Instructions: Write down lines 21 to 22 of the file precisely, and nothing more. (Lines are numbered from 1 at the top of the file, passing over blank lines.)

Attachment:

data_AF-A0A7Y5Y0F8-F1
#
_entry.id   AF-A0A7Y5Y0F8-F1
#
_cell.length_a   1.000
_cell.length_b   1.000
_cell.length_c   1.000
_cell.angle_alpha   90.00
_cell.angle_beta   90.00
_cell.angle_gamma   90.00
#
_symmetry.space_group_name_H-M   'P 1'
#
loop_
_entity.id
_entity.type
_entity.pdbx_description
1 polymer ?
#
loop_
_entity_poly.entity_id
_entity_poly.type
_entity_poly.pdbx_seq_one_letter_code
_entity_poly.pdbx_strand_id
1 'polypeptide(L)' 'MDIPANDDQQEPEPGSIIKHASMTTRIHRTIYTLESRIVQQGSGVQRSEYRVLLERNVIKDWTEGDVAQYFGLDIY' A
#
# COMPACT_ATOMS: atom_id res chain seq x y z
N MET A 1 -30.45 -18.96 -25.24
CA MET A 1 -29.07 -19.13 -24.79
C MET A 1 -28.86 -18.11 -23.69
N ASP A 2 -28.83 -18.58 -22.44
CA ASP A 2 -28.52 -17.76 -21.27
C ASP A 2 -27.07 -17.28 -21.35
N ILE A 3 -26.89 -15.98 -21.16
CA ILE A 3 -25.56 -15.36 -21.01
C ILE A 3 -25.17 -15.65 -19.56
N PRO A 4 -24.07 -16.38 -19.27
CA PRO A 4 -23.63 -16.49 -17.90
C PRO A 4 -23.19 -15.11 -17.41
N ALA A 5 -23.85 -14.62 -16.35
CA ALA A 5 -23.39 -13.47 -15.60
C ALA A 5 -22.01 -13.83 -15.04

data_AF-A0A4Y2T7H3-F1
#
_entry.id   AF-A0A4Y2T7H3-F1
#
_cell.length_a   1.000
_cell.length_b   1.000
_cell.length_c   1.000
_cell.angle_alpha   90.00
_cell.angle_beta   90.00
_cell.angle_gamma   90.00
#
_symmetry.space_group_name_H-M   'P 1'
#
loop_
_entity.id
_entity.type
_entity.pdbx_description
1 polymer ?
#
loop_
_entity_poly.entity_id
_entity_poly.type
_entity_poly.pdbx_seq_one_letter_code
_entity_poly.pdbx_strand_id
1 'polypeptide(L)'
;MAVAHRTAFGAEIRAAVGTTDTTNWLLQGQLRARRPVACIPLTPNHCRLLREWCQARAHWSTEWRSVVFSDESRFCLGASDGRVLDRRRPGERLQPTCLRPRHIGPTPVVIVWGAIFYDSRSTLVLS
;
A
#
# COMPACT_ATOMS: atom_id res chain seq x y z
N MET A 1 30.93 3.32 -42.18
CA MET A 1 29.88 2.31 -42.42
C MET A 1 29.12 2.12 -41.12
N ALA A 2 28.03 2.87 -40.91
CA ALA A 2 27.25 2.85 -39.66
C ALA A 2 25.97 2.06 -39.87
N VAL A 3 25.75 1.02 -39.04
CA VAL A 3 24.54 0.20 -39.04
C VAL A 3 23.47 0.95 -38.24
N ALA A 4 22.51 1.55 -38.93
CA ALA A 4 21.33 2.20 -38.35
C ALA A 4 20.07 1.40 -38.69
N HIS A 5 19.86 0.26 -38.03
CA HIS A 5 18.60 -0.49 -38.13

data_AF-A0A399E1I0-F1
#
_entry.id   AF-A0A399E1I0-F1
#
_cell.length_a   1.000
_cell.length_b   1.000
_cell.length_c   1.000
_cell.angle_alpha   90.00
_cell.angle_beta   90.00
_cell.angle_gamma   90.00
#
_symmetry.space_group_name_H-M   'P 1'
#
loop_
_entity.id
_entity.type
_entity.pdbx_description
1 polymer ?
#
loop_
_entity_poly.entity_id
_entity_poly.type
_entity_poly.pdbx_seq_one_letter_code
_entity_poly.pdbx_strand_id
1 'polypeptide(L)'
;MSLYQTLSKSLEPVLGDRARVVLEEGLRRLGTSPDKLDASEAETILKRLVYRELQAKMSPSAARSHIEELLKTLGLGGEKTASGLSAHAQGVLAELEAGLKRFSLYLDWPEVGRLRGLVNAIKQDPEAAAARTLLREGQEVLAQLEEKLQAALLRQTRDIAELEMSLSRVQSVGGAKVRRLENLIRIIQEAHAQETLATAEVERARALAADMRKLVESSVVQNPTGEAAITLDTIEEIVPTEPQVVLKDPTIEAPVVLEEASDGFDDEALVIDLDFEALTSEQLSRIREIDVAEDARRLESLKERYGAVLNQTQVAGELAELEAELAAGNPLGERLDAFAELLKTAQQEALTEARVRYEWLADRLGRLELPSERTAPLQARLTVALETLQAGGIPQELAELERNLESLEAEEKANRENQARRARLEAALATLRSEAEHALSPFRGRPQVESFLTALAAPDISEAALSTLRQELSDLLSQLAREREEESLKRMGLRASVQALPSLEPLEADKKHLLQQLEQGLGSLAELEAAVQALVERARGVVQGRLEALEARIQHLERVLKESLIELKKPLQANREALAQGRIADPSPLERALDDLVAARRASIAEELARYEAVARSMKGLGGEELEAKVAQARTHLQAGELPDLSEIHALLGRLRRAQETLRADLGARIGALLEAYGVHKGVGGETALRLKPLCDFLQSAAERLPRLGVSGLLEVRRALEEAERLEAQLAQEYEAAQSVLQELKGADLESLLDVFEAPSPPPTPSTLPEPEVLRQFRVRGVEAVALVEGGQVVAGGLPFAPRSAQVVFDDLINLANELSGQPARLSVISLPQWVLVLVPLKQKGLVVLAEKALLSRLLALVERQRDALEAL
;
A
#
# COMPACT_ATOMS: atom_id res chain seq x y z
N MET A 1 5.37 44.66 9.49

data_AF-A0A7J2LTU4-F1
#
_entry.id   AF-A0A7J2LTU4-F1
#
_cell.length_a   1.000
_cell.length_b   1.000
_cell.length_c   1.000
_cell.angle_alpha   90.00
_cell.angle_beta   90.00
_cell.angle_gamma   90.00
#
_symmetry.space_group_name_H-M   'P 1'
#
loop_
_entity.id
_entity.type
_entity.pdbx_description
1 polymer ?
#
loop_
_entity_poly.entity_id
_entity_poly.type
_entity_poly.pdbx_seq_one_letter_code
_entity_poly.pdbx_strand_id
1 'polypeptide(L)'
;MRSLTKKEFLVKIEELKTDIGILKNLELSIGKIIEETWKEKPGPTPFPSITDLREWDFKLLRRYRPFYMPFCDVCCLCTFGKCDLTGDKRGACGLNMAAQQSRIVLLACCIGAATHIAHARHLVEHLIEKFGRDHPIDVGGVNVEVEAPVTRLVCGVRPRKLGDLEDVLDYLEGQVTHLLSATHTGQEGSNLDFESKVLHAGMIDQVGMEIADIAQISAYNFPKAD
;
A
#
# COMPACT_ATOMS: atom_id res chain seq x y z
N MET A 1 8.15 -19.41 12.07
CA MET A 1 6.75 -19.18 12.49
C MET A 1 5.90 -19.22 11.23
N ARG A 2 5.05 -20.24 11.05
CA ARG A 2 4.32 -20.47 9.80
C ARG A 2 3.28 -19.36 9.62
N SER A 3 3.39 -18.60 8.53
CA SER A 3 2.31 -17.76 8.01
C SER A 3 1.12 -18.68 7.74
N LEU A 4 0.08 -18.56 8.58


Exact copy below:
_entity_poly.entity_id
_entity_poly.type